According to Izabella Wentz the Thyroid Pharmacist approx 5% with Hashimoto's are coeliac, but over 80% find gluten free diet helps significantly. Either due to direct gluten intolerance (no test available) or due to leaky gut and gluten causing molecular mimicry (see Amy Myers link)

Changing to a strictly gluten free diet may help reduce symptoms, help gut heal and slowly lower TPO antibodies

Ideally ask GP for coeliac blood test first

amymyersmd.com/2017/02/3-im...

chriskresser.com/the-gluten...

thyroidpharmacist.com/artic...

scdlifestyle.com/2014/08/th...

drknews.com/changing-your-d...

thyroidpharmacist.com/artic...

But don't be surprised that GP or endo never mention gut, gluten or low vitamins. Hashimoto's is very poorly understood

Persistent low vitamins with supplements suggests coeliac disease or gluten intolerance

gluten.org/resources/health...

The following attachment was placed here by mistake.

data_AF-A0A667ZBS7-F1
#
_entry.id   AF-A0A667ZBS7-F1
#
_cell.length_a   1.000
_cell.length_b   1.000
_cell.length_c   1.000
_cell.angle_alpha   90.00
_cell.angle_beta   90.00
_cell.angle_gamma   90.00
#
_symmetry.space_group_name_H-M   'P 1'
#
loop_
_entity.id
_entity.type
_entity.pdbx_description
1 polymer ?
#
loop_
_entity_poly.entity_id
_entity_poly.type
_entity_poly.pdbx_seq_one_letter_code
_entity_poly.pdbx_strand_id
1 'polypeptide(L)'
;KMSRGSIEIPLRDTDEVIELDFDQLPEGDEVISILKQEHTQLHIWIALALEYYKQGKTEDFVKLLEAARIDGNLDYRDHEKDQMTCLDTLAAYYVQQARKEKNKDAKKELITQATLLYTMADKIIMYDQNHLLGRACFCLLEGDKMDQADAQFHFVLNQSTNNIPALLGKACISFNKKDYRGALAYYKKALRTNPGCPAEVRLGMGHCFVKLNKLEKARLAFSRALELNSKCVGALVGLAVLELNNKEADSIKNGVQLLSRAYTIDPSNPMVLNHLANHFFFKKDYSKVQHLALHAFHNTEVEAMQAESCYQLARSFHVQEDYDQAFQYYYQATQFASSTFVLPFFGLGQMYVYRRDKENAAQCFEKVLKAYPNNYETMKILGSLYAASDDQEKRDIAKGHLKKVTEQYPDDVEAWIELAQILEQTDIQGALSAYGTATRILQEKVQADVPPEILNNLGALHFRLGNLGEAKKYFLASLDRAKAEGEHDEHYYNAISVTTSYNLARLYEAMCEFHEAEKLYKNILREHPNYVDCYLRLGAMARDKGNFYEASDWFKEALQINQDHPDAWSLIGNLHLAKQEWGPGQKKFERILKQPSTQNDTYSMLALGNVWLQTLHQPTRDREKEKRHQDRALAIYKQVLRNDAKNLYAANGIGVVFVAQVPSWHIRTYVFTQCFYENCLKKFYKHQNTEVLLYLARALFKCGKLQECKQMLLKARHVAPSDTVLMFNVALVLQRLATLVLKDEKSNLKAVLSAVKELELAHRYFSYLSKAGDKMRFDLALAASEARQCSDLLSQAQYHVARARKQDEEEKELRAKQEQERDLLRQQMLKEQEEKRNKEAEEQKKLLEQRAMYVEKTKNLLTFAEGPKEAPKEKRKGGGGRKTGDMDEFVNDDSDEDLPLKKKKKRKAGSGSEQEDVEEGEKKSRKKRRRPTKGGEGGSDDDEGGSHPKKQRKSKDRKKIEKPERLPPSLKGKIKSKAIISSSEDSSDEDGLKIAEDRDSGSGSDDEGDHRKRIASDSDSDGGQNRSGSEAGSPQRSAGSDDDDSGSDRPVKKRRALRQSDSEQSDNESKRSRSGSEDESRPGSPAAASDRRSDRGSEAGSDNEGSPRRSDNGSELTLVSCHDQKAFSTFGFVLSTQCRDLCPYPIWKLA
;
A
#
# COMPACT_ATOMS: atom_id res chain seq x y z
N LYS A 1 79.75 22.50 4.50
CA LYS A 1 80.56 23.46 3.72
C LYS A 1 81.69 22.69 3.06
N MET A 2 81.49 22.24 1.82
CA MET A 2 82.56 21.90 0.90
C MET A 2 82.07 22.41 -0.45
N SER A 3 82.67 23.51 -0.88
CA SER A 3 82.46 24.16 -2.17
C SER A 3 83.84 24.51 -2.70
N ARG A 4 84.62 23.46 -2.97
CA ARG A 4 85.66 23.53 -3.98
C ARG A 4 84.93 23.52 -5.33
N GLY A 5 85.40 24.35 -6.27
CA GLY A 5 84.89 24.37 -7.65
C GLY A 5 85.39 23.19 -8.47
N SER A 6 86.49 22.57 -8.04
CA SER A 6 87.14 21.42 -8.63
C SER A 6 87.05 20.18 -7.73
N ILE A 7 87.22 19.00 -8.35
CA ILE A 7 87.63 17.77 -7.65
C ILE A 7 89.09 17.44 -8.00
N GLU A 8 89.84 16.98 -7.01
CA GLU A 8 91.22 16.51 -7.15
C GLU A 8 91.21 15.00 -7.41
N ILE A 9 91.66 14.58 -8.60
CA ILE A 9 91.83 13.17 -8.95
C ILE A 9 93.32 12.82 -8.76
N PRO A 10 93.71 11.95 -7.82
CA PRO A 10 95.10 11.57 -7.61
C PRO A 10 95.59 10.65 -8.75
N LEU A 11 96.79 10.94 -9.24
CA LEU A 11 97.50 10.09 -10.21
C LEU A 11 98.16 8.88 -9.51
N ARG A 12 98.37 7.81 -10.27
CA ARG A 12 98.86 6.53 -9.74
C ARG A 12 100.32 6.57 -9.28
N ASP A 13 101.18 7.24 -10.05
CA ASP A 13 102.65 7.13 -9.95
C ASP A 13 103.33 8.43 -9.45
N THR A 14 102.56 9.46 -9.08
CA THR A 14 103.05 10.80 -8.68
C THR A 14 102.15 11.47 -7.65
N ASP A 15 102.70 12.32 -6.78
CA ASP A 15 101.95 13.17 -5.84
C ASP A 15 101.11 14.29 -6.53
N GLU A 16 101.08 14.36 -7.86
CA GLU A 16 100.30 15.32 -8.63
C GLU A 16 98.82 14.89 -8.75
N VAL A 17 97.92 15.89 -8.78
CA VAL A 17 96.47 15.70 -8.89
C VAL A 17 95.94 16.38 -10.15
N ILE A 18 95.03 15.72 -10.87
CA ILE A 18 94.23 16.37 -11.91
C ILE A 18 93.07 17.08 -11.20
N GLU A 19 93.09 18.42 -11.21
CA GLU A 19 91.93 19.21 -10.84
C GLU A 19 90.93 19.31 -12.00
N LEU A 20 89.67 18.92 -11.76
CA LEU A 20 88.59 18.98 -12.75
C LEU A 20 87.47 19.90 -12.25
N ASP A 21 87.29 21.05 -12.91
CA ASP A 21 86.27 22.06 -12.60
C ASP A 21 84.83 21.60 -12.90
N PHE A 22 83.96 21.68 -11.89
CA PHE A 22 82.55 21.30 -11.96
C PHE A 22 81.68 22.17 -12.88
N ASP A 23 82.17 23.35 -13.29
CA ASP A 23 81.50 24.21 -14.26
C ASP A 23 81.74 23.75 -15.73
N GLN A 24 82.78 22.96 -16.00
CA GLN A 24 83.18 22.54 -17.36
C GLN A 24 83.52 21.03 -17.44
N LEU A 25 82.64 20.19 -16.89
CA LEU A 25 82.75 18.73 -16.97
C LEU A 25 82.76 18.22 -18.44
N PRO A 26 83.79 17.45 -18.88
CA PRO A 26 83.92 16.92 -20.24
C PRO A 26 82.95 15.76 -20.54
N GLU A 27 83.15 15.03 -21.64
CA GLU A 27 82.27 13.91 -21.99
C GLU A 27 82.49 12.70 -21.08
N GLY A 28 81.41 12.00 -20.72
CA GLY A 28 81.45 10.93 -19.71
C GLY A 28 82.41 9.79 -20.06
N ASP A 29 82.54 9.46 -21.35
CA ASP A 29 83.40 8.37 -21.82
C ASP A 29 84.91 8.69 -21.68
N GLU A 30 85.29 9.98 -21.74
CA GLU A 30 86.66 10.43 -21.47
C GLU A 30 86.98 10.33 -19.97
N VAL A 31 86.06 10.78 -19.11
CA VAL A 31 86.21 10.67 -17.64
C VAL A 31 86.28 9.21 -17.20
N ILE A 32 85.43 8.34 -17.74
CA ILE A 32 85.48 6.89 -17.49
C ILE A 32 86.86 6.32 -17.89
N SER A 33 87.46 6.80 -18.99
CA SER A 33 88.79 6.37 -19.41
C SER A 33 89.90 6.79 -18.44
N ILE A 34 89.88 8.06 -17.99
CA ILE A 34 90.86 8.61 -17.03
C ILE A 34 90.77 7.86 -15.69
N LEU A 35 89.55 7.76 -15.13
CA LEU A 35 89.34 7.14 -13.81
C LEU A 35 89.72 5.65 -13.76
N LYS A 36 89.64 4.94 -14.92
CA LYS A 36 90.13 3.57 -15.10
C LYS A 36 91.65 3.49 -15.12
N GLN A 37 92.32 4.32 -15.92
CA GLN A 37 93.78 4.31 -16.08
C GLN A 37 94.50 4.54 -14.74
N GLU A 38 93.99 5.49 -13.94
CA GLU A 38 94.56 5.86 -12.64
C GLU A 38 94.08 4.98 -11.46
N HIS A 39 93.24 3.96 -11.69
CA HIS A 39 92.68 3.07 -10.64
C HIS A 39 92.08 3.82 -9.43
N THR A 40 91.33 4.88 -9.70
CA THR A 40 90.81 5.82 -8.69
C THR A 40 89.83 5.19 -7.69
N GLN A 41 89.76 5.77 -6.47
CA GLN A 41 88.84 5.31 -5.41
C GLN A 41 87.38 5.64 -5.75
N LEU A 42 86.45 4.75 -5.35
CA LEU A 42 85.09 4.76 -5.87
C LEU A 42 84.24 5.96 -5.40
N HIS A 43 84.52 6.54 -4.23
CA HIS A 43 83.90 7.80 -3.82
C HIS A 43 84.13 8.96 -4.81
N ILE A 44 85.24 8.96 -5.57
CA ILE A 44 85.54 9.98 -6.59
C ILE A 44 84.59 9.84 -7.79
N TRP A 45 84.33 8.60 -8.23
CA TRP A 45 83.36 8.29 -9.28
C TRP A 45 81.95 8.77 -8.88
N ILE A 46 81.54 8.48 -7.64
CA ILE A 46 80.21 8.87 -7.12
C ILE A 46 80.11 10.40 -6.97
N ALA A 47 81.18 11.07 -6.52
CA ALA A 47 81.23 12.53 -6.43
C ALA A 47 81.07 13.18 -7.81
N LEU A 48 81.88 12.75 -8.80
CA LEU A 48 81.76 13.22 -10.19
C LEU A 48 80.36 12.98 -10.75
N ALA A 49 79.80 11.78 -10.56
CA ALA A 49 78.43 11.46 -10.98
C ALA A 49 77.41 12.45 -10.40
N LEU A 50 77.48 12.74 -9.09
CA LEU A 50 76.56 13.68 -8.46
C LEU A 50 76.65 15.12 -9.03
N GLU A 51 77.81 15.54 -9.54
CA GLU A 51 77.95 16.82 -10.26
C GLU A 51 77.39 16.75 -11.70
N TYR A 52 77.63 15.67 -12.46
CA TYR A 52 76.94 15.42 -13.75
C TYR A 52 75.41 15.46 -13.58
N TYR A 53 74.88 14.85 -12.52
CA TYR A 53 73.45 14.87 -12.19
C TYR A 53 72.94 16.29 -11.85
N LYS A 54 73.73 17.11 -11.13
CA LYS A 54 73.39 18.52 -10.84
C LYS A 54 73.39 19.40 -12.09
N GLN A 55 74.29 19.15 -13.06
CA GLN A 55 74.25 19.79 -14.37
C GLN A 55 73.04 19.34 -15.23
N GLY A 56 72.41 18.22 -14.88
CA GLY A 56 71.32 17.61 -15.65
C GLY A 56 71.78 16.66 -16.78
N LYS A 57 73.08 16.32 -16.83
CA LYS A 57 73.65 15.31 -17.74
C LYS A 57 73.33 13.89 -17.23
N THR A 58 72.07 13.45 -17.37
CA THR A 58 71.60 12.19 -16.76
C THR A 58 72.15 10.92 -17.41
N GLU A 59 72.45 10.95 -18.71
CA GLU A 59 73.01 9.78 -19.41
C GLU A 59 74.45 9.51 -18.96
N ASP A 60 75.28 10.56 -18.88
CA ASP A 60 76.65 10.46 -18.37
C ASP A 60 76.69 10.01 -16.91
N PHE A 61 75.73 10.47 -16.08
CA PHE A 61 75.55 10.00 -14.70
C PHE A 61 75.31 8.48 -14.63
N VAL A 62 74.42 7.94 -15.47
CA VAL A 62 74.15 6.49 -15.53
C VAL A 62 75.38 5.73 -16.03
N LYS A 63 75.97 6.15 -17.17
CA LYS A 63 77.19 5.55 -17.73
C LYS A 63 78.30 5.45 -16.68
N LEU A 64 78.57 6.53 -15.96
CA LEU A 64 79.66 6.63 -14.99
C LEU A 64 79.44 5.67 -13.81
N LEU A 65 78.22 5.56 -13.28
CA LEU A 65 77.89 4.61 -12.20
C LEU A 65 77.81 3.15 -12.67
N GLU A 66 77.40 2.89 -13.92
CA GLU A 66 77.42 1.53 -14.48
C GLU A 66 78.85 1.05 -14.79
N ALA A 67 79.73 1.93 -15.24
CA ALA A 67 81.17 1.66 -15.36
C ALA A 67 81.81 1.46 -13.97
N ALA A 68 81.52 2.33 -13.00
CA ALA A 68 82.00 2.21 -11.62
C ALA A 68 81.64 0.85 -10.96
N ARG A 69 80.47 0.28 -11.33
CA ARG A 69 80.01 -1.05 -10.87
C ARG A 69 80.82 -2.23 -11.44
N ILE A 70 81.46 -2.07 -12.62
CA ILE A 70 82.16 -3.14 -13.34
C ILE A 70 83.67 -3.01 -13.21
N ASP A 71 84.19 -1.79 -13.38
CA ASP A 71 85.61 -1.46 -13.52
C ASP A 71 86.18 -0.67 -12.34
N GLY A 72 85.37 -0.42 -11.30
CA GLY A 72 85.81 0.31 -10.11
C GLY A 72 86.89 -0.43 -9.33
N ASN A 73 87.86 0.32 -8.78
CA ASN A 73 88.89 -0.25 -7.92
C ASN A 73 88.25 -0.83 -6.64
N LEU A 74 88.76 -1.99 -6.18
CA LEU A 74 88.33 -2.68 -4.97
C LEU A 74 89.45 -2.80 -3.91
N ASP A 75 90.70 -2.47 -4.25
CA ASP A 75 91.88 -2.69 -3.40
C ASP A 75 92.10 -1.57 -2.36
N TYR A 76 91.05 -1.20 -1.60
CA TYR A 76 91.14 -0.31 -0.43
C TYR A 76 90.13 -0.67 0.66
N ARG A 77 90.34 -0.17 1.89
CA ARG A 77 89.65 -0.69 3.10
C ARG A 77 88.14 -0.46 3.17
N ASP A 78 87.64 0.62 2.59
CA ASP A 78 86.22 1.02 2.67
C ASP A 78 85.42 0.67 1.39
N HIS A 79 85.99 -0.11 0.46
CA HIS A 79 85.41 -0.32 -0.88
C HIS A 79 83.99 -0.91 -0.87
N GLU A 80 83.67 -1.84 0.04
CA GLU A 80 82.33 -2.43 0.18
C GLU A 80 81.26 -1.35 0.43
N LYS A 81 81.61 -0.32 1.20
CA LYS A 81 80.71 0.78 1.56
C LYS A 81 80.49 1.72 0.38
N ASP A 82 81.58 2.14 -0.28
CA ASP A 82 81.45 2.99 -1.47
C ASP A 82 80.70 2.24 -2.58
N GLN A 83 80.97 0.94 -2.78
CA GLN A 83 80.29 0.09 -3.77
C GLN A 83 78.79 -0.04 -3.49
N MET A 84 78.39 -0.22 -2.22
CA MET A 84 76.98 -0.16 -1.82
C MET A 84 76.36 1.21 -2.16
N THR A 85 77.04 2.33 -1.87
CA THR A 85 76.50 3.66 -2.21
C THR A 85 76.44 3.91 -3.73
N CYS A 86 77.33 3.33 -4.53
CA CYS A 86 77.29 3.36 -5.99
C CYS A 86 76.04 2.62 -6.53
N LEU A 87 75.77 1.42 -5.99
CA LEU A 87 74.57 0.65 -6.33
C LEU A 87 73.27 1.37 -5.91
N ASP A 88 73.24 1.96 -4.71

your TSH is too high, FT4 too low and FT3 is much too low

Official NHS guidelines saying TSH should be between 0.2 and 2.0 when on Levothyroxine

(Many of us need TSH nearer 0.2 than 2.0 to feel well)

See box

Thyroxine replacement in primary hypothyroidism

pathology.leedsth.nhs.uk/pa...

Dr Toft, past president of the British Thyroid Association and leading endocrinologist, states in Pulse Magazine,

"The appropriate dose of levothyroxine is that which restores euthyroidism and serum TSH to the lower part of the reference range - 0.2-0.5mU/l.

In this case, free thyroxine is likely to be in the upper part of its reference range or even slightly elevated – 18-22pmol/l.

Most patients will feel well in that circumstance. But some need a higher dose of levothyroxine to suppress serum TSH and then the serum-free T4 concentration will be elevated at around 24-28pmol/l.

This 'exogenous subclinical hyperthyroidism' is not dangerous as long as serum T3 is unequivocally normal – that is, serum total around T3 1.7nmol/l (reference range 1.0-2.2nmol/l)."